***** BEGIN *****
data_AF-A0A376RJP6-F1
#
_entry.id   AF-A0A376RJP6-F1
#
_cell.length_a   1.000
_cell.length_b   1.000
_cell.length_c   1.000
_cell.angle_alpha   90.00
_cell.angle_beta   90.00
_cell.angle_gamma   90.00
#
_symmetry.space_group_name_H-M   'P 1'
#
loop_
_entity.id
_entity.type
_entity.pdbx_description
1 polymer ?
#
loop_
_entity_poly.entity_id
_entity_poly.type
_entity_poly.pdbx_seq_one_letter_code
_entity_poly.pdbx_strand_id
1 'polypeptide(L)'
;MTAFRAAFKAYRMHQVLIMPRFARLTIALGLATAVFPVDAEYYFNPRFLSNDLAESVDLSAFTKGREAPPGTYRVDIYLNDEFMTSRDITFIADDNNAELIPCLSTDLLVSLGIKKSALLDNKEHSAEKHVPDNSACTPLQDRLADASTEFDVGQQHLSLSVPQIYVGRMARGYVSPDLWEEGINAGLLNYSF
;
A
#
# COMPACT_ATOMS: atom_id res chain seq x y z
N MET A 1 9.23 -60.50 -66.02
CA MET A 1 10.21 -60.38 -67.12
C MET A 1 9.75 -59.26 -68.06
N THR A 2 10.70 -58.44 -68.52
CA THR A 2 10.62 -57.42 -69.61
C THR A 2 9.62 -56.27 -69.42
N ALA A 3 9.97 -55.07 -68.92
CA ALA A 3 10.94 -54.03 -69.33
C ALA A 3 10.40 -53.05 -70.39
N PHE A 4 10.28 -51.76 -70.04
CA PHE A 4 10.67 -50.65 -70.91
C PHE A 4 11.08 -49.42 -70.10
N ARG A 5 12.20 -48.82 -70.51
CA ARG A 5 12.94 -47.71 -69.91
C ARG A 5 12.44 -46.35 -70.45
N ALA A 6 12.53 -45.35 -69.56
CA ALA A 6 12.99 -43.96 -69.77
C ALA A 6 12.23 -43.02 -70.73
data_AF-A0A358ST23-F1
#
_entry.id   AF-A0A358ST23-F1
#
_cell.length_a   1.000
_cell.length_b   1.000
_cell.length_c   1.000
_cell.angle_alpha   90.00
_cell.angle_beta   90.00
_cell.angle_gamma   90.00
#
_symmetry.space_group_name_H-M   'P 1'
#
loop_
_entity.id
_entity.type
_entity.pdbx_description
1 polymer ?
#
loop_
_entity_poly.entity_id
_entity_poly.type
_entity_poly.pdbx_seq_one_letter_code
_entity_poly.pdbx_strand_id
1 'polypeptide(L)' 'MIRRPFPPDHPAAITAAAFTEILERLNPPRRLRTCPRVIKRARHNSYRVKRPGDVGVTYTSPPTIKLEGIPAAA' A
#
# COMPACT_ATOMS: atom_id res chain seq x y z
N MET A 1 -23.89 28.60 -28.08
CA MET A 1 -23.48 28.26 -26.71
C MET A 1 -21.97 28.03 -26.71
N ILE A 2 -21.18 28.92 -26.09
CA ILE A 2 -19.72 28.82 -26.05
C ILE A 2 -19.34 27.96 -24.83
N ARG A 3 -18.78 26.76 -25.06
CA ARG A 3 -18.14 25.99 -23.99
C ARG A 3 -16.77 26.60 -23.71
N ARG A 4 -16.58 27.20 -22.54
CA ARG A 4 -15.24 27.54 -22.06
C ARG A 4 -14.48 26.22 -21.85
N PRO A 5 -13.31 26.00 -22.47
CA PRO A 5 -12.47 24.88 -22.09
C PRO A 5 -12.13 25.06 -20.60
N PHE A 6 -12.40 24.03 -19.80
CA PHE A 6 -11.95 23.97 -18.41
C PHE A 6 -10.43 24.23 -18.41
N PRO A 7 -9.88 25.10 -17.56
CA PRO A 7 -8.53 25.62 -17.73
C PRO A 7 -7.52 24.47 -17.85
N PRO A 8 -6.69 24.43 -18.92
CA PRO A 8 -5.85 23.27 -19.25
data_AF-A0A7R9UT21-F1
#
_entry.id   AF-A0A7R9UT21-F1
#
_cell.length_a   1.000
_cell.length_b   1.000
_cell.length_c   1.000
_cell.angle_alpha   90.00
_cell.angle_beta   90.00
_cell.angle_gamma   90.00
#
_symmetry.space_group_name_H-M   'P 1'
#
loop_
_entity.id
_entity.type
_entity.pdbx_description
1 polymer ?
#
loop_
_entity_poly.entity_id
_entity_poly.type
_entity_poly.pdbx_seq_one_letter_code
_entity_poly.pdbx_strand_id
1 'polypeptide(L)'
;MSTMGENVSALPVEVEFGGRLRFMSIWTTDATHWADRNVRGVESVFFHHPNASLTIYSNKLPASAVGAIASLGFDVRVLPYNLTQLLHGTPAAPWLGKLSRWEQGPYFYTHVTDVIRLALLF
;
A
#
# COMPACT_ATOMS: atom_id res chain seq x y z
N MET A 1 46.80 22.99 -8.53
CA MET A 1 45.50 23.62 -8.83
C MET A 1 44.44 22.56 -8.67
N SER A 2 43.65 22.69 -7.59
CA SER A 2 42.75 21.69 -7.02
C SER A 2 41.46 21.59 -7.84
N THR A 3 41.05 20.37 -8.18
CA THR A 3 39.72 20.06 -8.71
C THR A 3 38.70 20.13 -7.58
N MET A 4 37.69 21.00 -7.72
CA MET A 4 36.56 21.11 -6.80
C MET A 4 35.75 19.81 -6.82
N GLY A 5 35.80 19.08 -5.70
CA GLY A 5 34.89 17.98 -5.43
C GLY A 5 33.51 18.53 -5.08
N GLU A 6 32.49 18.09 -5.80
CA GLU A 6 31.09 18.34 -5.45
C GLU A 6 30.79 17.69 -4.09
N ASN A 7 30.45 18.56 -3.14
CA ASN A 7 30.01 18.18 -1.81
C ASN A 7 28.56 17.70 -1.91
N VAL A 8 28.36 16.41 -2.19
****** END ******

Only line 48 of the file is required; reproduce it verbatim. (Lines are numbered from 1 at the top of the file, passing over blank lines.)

C ALA A 6 12.23 -43.02 -70.73